This summer Tyler Miller will move to Pittsburgh to begin classes at the University of Pittsburgh School of Medicine. His career goal: Work in pediatrics. His life goal: Help children and families who are going through medical hardships.

A biological sciences major and Honors College member from Vienna, West Virginia, Miller is the Virginia Tech College of Science’s Outstanding Senior for 2018. When he arrived as a first-year student four years ago, he already knew he wanted a career where he could help people, particularly families.

“When I was a senior in high school, I unexpectedly lost my sister, who was 12 at the time, to a congenital heart disease that we did not even know she had,” Miller said. “The pediatric cardiologist we saw after her death really impacted me. I would like to someday help families through difficult times like he did with mine.”

His research work and volunteerism efforts at Virginia Tech have all been geared toward disease, health, and the evolution of biological systems. In the lab of Assistant Professor Joel McGlothlin, Miller has been studying how certain garter snakes are able to eat highly toxic, rough-skinned newts that if eaten by any other animal or human would result in, well, that newt being a last meal.

“In the McGlothlin Lab, I’ve performed techniques such as DNA extraction, polymerase chain reaction, and gel electrophoresis,” Miller said. “I’ve also been heavily involved in studies on Anolis lizard populations, through which I’ve gotten to handle lizards.”

Miller’s work builds on the research of adaptive evolution of toxin resistance by McGlothlin and other scientists. “These snakes are resistant to the newts’ deadly toxin, which is secreted through newts’ skin. This has caused the newts to evolve to produce more and more toxin, and snakes have evolved to become more and more resistant over millions of years,” Miller said. “We call it a ‘coevolutionary arms race.’”

While there is no direct connection between the snake-newt evolutionary battle and human medical treatment, the work can help scientists chart the evolution of genes in people. “We have the same sodium channel genes that snakes do,” Miller said. “There are six genes in the sodium channel gene family that are all involved in toxin resistance, making our study a really great model system for the parallel evolution of genes over time.” (Miller is quick to add that humans are not resistant to the toxic newts.)

“As a doctor, it’s important to have a good understanding of the nervous system, which is what the toxin targets, as well as how complex, multiple-gene traits have evolved,” Miller added. “This research also has applications in pain sensation and pain prevention because the gene I study is involved in pain sensation and the toxin, tetrodotoxin, has a numbing effect.”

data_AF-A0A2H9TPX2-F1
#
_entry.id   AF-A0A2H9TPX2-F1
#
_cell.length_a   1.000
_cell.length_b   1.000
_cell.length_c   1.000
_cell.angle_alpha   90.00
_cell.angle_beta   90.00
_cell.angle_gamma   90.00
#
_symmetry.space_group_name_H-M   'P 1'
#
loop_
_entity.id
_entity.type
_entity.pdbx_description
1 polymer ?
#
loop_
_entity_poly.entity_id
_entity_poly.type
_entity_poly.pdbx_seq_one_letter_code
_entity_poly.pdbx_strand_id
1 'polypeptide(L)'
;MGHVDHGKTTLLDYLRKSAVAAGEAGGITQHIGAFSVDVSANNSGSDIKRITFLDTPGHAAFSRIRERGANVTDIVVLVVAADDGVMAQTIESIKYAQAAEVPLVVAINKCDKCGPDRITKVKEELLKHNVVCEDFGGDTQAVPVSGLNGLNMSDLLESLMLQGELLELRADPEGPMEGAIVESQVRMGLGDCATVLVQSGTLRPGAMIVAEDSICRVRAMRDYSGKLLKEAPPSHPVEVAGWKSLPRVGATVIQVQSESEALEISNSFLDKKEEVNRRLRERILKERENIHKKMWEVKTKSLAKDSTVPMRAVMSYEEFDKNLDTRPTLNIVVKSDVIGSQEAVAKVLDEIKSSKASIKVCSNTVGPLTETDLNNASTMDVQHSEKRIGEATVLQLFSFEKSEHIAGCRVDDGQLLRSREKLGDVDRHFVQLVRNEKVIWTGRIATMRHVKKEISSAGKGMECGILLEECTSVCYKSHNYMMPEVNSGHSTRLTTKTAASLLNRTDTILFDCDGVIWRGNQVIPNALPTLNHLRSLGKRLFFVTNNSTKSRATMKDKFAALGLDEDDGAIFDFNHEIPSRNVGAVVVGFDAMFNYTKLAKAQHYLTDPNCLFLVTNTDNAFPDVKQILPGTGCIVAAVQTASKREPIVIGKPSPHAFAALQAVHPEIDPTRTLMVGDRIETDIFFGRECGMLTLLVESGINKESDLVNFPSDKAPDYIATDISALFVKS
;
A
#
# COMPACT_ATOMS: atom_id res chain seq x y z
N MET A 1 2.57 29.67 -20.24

McGlothlin praised Miller in a nomination letter as “one of the 10 best students” he’s ever taught.

“Tyler has been an amazing presence in the lab. He’s not only great at the molecular bench, but he also has an excellent grasp of the concepts behind the science he’s doing,” McGlothlin said. “In his thesis work, he’s worked independently, and has made intellectual contributions every step of the way, from study design to data analysis. Tyler has also helped out with countless other projects during his time in the lab. He’s been able to not just excel in his own projects, but to make everyone else around him better.”

Miller has dedicated himself to researching or volunteering in the field of medicine, both in the United States and abroad, in myriad ways.

He was part of the Children’s Hospital of Philadelphia’s Research Institute Summer Scholars Program in 2017, supported by a U.S. National Institutes of Health stipend. Miller worked in a lab, focusing on changes to chromatin composition in virally infected human cells.

“Working in Philly for a summer not only allowed me to get experience in children’s health, but also equipped me with research skills,” Miller said. “I like being around kids. They are fun and I like the idea of helping them achieve goals in their futures.”

Through an Honors College scholarship, Miller volunteered in medical clinics, orphanages, and schools in Peru during spring break 2017. He organized the trip as a founding member and director of volunteering of the Virginia Tech chapter of the Foundation for International Medical Relief of Children. He was one of 14 students to travel to Peru as part of the student-led group. “I was only in Peru for a week, but it was a great experience that built on my interests in children’s wellness and global health,” he said.

Closer to home, Miller has served in various positions, including president of the Virginia Tech Coalition for Refugee Resettlement, a volunteer group dedicated to helping refugees adapt to America, especially locally in the Roanoke region. “The positivity and strength that refugees exude after enduring extraordinary hardship has inspired me and made me see the world in a more positive light,” he said.

In 2015, Miller participated in a Hokies Abroad: Sustainability and Conservation summer program, traveling to Australia and New Zealand to study the relationship between humans and the environment.

The experiences Miller has had at Virginia Tech in service, travel, and dedication to health and medicine reinforce why he chose Blacksburg for college. “Ut Prosim is something that resonates deeply with me. I cared about being somewhere that would help me get involved in service,” Miller said.

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